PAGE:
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Archive - Apr 16, 2017

Single-Celled Plankton Adjust to Stress by Editing Their RNA, Rather Than by Changing Gene Expression Levels

Single-celled plankton known as dinoflagellates have now been shown to cope with stress by using an unexpected strategy of editing their RNA rather than changing gene expression levels. The finding by KAUST (King Abdullah University of Science and Technology) researchers in Saudi Arabia began when a team led by Associate Professor Christian Voolstra and Assistant Professor Manuel Aranda compared RNA transcripts from two strains of dinoflagellates thought to belong to the same species in the genus Symbiodinium. The transcripts had more differences than expected, indicating a more distant relationship. However, the team speculated that the RNA transcripts might instead have been edited, producing different information than that encoded in the cell’s DNA. RNA editing had previously been observed in the mitochondria and plastids of dinoflagellates, but not in genes encoded in the nucleus. Earlier studies by Dr. Voolstra and Dr. Aranda had shown that gene expression changes very little in dinoflagellates under stressful conditions. The researchers wondered: “What if they do it completely differently? What if they just edit transcripts the way they need instead of changing expression?’” recalled Dr. Aranda. To test this hypothesis, the team analyzed transcriptomes from Symbiodinium cultures grown in normal conditions and stressed by cold, heat, or darkness. A conservative estimate uncovered 3,300 RNA edits. “This expands the encoding capacity beyond what’s in the genome,” says Dr. Aranda, effectively giving the cell a “fuzzy genome.” “Instead of having just one version of a protein, they can produce multiple different versions by changing the message on a different level.” The team then turned its attention to 229 genes edited in all four growth conditions.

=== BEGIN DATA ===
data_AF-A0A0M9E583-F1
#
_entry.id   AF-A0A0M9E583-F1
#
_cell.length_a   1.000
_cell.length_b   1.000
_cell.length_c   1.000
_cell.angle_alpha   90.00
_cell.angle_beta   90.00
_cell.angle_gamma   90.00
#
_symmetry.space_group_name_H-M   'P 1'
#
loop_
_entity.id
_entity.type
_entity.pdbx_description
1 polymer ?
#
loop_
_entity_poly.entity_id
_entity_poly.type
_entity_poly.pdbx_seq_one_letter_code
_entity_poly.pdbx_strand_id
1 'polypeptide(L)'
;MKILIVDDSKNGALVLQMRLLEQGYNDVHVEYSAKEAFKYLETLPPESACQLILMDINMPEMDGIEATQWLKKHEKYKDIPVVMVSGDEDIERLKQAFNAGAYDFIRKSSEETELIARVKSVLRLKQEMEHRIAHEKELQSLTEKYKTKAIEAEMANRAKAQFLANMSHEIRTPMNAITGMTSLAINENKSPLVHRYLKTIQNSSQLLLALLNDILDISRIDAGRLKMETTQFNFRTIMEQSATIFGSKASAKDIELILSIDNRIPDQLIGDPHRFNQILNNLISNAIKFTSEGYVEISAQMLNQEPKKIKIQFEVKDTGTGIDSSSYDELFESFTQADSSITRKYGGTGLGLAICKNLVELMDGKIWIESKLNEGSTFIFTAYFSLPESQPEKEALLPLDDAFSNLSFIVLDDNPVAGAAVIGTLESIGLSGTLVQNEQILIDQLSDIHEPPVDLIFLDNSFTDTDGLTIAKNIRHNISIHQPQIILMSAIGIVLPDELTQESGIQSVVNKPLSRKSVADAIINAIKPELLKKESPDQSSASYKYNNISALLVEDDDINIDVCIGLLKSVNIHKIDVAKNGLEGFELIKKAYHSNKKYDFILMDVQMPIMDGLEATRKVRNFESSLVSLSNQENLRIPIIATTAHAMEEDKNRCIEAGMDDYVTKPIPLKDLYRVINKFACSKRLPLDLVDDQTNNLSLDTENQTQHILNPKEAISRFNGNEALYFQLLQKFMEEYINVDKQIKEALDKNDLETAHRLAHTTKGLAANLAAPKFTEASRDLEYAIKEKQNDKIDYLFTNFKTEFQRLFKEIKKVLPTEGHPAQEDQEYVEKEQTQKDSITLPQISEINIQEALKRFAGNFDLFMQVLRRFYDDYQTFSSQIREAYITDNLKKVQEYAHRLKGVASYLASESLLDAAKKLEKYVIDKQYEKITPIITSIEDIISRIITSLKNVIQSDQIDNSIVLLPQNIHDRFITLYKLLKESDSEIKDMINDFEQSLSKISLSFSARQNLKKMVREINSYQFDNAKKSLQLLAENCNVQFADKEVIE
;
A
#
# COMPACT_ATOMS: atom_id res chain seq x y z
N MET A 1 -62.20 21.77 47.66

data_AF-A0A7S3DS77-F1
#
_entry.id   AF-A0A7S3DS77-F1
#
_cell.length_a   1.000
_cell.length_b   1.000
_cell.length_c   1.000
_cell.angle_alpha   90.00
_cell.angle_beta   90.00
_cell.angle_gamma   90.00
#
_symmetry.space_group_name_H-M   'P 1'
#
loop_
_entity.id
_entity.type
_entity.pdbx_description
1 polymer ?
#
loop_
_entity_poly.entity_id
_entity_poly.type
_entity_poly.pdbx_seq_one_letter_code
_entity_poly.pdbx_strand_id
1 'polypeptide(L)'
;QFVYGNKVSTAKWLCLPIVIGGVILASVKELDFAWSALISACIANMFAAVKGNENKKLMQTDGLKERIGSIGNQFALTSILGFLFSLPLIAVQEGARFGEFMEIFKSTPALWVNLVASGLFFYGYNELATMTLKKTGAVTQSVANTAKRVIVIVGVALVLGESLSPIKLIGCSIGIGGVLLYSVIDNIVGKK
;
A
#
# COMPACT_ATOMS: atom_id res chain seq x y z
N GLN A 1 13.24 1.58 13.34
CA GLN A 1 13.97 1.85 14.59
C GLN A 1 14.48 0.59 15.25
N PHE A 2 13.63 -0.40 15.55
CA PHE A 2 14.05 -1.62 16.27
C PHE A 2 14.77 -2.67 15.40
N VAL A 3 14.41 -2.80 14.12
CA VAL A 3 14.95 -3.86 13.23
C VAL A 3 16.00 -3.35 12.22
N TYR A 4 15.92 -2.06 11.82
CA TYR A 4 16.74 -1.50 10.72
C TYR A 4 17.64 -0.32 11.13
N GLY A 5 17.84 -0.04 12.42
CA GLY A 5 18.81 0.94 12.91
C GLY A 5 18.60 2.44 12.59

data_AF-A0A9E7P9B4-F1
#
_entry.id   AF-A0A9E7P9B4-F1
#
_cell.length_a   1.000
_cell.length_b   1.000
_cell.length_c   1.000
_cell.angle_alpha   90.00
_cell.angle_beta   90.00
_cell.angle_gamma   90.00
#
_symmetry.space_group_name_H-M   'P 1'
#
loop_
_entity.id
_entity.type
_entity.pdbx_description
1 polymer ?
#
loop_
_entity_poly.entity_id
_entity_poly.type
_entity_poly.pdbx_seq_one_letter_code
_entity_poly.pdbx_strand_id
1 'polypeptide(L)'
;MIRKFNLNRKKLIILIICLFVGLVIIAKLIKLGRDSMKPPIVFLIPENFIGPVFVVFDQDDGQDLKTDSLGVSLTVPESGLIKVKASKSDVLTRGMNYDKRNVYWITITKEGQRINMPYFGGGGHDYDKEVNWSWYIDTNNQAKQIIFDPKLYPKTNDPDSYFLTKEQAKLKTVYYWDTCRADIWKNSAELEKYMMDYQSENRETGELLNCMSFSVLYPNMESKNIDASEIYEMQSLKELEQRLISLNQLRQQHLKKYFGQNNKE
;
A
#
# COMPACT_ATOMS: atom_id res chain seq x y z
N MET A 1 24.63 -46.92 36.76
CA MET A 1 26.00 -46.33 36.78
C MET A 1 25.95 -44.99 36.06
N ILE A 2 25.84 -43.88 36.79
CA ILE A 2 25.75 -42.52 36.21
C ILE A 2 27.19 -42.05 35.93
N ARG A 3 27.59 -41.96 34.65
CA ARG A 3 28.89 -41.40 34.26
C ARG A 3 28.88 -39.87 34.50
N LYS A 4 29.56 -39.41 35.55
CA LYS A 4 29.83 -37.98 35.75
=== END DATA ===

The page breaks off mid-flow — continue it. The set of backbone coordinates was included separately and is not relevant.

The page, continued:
New Method May Enable Scientists to Tap Vast Plant Pharmacopeia to Make New and More Effective Therapeutics

Cocaine, nicotine, capsaicin--these are just three familiar examples of the hundreds of thousands of small molecules (also called specialized or secondary metabolites) that plants use as chemical ammunition to protect themselves from predation. Unfortunately, identifying the networks of genes that plants use to make these biologically active compounds, which are the source of many of the drugs that people use and abuse daily, has vexed scientists for years, hindering efforts to tap this vast pharmacopeia to produce new and improved therapeutics. Now, Vanderbilt University geneticists think they have come up with an effective and powerful new way for identifying these elusive gene networks, which typically consist of a handful to dozens of different genes, that may overcome this road block. "Plants synthesize massive numbers of bioproducts that are of benefit to society. This team has revolutionized the potential to uncover these natural bioproducts and understand how they are synthesized," said Anne Sylvester, Ph.D., Program Director in the National Science Foundation's Biological Sciences Directorate, which funded the research. The revolutionary new approach is based on the well-established observation that plants produce these compounds in response to specific environmental conditions. "We hypothesized that the genes within a network that work together to make a specific compound would all respond similarly to the same environmental conditions," explained Jennifer Wisecaver, Ph.D., the post-doctoral fellow who conducted the study. To test this hypothesis, Dr.